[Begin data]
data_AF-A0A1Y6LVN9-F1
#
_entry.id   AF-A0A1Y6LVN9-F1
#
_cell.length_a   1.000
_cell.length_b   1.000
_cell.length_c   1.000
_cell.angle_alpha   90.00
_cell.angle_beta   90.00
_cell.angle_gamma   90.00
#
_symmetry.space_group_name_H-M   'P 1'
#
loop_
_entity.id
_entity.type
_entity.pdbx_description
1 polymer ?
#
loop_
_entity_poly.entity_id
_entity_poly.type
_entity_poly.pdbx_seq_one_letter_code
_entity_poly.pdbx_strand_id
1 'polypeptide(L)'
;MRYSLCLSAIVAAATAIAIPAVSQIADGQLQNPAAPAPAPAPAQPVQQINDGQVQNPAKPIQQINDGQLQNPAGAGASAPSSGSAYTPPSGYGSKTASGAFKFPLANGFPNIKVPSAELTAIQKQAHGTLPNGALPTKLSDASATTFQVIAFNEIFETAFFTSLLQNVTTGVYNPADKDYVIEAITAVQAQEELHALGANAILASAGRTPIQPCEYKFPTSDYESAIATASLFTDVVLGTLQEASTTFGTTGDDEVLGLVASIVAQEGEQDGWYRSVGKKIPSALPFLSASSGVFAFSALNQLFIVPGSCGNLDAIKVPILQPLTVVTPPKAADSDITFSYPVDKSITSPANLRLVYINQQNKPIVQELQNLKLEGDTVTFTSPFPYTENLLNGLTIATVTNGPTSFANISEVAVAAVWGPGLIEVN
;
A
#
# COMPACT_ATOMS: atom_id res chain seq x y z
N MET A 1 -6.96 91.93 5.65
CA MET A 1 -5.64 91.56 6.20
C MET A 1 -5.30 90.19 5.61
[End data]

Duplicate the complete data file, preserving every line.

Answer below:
data_AF-A0A1Y6LVN9-F1
#
_entry.id   AF-A0A1Y6LVN9-F1
#
_cell.length_a   1.000
_cell.length_b   1.000
_cell.length_c   1.000
_cell.angle_alpha   90.00
_cell.angle_beta   90.00
_cell.angle_gamma   90.00
#
_symmetry.space_group_name_H-M   'P 1'
#
loop_
_entity.id
_entity.type
_entity.pdbx_description
1 polymer ?
#
loop_
_entity_poly.entity_id
_entity_poly.type
_entity_poly.pdbx_seq_one_letter_code
_entity_poly.pdbx_strand_id
1 'polypeptide(L)'
;MRYSLCLSAIVAAATAIAIPAVSQIADGQLQNPAAPAPAPAPAQPVQQINDGQVQNPAKPIQQINDGQLQNPAGAGASAPSSGSAYTPPSGYGSKTASGAFKFPLANGFPNIKVPSAELTAIQKQAHGTLPNGALPTKLSDASATTFQVIAFNEIFETAFFTSLLQNVTTGVYNPADKDYVIEAITAVQAQEELHALGANAILASAGRTPIQPCEYKFPTSDYESAIATASLFTDVVLGTLQEASTTFGTTGDDEVLGLVASIVAQEGEQDGWYRSVGKKIPSALPFLSASSGVFAFSALNQLFIVPGSCGNLDAIKVPILQPLTVVTPPKAADSDITFSYPVDKSITSPANLRLVYINQQNKPIVQELQNLKLEGDTVTFTSPFPYTENLLNGLTIATVTNGPTSFANISEVAVAAVWGPGLIEVN
;
A
#
# COMPACT_ATOMS: atom_id res chain seq x y z
N MET A 1 -6.96 91.93 5.65
CA MET A 1 -5.64 91.56 6.20
C MET A 1 -5.30 90.19 5.61